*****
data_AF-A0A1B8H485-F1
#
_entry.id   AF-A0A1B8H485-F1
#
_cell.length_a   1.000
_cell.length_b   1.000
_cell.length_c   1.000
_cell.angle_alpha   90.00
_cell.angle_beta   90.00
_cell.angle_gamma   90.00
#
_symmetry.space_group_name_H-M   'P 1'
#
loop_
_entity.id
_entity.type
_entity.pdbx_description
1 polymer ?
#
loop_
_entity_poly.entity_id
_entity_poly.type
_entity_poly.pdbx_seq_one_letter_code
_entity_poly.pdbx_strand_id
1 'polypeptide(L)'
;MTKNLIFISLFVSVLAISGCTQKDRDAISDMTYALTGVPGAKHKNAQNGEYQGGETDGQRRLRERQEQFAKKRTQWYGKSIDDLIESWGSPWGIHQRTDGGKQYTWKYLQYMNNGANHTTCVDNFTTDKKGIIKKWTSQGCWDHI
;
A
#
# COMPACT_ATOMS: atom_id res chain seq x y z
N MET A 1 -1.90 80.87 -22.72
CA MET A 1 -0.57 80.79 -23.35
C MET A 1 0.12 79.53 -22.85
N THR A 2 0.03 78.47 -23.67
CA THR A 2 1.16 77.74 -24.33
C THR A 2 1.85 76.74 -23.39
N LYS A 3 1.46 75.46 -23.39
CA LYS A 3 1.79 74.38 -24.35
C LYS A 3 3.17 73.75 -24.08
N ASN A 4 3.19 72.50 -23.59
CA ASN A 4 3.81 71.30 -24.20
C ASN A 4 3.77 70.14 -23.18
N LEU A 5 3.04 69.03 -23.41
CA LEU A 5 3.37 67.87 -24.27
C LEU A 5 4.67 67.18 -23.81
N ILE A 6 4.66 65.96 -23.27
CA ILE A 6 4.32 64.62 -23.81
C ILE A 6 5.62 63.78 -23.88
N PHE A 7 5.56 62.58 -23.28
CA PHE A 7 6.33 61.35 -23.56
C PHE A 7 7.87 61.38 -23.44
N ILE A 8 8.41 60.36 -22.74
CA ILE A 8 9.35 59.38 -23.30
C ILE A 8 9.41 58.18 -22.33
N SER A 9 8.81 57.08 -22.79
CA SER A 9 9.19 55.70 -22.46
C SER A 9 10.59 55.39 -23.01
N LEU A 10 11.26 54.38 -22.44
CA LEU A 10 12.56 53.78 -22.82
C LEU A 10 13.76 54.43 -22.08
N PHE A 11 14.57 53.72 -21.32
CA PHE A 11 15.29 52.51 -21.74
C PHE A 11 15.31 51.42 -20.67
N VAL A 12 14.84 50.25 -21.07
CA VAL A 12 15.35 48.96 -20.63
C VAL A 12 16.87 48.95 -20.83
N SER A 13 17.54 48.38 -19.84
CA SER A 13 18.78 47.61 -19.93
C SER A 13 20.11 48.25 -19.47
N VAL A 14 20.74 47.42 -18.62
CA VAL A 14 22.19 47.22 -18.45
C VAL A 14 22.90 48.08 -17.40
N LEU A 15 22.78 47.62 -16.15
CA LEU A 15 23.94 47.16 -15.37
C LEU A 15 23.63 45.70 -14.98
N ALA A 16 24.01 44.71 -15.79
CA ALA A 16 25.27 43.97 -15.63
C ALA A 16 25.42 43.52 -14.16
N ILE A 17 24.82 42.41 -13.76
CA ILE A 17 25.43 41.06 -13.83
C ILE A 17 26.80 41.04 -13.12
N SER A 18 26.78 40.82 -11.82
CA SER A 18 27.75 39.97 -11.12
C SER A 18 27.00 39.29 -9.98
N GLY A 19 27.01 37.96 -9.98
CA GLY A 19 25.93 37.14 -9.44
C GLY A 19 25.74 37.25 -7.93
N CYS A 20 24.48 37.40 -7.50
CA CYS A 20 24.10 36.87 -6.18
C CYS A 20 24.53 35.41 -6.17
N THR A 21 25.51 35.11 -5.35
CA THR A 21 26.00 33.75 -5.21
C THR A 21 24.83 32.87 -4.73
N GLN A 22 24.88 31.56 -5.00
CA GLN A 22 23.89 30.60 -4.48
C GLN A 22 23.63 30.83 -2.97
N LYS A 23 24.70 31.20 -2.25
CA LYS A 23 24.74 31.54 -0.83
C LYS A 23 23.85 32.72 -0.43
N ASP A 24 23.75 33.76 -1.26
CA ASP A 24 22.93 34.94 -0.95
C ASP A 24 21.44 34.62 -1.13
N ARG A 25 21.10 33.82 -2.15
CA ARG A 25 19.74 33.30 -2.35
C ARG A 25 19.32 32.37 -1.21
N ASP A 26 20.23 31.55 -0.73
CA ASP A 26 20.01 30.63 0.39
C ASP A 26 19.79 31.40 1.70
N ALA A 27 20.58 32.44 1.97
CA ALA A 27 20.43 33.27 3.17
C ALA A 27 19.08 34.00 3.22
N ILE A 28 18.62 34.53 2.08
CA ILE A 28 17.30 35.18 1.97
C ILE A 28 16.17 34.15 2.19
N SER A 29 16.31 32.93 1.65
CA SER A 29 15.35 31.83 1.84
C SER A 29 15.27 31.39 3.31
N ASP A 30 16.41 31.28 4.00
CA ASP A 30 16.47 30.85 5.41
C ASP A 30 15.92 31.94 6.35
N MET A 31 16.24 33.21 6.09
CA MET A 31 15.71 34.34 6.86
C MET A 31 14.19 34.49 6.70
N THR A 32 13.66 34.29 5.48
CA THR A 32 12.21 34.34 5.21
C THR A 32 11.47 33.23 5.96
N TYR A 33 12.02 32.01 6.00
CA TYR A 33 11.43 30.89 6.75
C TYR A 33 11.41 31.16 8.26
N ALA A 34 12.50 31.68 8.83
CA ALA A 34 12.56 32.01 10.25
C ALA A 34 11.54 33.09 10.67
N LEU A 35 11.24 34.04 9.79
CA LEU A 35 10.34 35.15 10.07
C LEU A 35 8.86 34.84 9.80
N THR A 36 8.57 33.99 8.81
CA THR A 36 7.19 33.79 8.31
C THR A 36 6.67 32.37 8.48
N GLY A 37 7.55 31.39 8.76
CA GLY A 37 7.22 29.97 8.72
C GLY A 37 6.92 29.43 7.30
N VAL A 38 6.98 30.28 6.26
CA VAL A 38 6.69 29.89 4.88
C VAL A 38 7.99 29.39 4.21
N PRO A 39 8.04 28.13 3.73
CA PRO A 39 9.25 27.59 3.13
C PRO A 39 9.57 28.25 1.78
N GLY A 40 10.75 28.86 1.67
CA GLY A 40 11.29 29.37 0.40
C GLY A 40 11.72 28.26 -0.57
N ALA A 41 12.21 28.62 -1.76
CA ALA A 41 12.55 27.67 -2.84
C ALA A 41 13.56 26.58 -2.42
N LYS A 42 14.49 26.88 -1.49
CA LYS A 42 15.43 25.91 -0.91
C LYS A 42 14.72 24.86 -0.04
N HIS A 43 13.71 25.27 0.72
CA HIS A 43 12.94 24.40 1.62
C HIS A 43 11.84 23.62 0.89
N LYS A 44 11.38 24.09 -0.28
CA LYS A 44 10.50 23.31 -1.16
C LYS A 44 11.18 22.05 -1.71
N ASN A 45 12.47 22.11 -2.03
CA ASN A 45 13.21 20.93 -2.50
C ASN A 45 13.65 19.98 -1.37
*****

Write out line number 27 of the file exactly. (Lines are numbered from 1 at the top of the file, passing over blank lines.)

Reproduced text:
;